Maybe Europe should abandon euro: Flaherty

Mon May 14, 2012 6:13pm EDT
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By Randall Palmer

OTTAWA (Reuters) - If European countries are not prepared to bail out fellow euro zone members, maybe they should just abandon the whole concept of a common currency, Canadian Finance Minister Jim Flaherty said on Monday in some of his most direct remarks on the issue.

"This is a time of crisis in the euro zone. The whole future of the euro zone is up for grabs, and this is very important for many of the euro zone member countries, given the history of Europe in the last 100 years or so," Flaherty told CTV television.

"So they have to show courage. They have to do the right thing, use some of their taxpayers' money to bail out some of the weaker members of the euro zone - or start moving away from the euro zone and just say this was an experiment that has not worked."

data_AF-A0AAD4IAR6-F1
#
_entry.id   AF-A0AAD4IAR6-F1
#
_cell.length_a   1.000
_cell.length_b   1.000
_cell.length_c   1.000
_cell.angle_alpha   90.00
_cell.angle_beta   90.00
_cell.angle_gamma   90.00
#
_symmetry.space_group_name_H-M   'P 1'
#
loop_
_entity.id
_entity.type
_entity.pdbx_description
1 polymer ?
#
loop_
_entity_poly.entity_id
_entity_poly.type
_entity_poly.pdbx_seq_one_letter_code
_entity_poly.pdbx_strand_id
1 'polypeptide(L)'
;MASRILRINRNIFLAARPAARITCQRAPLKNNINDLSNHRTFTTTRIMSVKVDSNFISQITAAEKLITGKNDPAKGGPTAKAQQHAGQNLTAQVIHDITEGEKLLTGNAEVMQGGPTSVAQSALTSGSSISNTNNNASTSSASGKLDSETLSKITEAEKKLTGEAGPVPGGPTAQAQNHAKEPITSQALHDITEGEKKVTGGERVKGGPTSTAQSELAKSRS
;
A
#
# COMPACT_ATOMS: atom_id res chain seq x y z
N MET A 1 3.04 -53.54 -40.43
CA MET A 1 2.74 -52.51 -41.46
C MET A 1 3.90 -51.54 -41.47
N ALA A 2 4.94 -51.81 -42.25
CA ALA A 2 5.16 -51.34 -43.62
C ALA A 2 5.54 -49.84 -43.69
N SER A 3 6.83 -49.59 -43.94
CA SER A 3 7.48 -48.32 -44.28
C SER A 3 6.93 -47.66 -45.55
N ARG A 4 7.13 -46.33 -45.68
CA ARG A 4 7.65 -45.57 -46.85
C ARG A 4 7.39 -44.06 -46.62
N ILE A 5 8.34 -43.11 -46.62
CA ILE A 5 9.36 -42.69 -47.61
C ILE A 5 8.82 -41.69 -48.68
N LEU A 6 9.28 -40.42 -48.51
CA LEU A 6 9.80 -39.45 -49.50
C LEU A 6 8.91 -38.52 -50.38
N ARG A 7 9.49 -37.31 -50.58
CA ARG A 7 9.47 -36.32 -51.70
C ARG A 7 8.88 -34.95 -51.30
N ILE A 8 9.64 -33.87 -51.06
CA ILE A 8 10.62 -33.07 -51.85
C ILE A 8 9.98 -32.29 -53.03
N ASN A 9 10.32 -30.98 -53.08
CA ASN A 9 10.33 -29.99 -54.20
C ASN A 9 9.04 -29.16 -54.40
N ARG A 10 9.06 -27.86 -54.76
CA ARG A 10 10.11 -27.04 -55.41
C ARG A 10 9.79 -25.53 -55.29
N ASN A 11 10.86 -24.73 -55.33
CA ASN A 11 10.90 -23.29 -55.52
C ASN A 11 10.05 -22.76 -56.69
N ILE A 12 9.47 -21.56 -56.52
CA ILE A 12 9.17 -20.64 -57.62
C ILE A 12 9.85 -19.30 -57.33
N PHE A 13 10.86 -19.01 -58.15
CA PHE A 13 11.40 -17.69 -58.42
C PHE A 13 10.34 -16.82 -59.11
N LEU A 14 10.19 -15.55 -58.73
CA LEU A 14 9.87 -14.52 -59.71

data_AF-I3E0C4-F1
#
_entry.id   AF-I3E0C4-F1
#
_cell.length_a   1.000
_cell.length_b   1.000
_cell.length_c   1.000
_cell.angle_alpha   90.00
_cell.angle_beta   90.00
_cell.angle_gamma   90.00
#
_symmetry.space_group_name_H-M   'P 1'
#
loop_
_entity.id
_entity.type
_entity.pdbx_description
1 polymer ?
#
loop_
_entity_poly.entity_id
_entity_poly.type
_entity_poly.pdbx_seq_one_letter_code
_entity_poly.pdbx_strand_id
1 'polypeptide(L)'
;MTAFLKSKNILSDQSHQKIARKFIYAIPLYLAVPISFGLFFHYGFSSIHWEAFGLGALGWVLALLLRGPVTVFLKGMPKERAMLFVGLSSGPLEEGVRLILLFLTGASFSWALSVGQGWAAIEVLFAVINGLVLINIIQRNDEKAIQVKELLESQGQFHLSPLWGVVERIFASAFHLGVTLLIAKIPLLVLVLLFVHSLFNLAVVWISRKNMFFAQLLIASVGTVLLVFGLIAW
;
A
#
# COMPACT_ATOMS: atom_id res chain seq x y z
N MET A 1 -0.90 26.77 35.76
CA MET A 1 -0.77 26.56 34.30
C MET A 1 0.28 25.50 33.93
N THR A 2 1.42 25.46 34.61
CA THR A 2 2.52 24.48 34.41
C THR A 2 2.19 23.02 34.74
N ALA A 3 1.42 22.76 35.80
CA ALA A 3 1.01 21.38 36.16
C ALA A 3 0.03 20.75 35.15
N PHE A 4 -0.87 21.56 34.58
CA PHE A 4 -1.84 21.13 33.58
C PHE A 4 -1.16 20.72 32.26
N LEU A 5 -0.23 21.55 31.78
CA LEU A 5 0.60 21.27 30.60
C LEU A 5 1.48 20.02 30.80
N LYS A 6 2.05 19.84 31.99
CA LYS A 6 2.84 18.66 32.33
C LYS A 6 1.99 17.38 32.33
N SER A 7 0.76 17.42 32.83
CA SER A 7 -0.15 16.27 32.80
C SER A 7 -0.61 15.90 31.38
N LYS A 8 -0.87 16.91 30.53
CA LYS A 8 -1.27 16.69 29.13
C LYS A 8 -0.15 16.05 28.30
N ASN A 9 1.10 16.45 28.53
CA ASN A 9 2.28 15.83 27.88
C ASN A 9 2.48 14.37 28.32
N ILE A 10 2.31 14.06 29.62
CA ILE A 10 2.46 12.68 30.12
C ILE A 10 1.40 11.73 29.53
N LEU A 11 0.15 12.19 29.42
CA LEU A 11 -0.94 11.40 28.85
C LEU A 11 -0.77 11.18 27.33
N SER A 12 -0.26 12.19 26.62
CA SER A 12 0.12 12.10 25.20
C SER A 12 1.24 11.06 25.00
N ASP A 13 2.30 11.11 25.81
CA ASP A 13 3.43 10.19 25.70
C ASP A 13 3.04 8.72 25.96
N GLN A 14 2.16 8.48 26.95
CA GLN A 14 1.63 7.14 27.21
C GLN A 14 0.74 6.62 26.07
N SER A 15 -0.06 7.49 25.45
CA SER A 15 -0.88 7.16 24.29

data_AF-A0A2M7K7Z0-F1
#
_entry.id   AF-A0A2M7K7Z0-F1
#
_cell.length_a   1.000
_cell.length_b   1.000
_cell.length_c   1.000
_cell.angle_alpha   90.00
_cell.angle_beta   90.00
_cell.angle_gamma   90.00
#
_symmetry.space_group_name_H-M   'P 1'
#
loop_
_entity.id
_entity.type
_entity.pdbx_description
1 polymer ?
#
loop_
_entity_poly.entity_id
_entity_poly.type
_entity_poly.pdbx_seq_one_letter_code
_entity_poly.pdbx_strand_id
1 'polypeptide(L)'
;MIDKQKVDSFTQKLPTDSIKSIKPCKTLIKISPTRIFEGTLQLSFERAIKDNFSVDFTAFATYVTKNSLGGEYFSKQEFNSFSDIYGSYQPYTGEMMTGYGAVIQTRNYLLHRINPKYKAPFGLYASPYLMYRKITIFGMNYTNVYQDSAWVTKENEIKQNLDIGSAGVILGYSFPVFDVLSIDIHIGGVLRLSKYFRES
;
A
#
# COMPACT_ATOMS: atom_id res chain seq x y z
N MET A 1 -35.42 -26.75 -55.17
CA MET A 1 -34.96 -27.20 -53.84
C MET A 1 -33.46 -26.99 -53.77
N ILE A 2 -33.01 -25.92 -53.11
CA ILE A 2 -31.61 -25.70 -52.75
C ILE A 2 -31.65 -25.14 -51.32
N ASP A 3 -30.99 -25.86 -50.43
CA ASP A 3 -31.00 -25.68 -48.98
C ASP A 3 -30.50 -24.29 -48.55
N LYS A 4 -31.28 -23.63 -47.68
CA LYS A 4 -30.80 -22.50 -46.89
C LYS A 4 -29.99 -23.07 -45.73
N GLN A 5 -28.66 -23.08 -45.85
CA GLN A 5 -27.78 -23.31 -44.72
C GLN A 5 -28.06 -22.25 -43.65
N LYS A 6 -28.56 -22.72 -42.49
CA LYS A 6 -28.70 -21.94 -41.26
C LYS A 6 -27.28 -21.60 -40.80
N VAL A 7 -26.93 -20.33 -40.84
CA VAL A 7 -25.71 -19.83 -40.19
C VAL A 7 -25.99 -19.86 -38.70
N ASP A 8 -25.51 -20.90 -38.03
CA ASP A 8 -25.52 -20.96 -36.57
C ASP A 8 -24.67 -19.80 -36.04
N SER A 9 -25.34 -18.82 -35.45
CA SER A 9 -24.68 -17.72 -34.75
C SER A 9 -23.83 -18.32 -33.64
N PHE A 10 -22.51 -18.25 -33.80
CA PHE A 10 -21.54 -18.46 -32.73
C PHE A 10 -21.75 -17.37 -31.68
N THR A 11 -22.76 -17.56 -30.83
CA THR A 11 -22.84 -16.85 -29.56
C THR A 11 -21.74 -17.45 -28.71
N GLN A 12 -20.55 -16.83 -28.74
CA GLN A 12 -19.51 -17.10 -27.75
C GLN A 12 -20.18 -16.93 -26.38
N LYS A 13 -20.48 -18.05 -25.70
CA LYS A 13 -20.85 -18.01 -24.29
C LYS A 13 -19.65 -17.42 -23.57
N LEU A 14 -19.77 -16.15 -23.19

Flaherty, who has been a harsh critic of what he calls European incrementalism, also predicted a disorderly restructuring of the euro zone if Greek voters reject their country's recent bailout.

"If the voters of Greece reject the deal that was signed that involves austerity for the Greek government, which doesn't exist right now, then they will demonstrating a choice," he said in a separate interview with CBC television.

"And that choice to me means that there would have to be some restructuring of the euro zone. We don't exactly know how that can be accomplished. It's certain to be disorderly. And that's not good for markets. It's not good for the banking system around the world."

He said it was not clear to him that the Spanish and Italian governments would "be able to manage what needs to be done given the unwillingness of many voters to go along with that kind of economic reform."

Canada's banks, budget and economy came through the 2007-09 financial crisis in better shape than those of most other major developed countries, and Flaherty has often been blunt in urging swift and comprehensive action by Europe.   Continued...

Canada's Finance Minister Jim Flaherty speaks during Question Period in the House of Commons on Parliament Hill in Ottawa May 14, 2012. REUTERS/Chris Wattie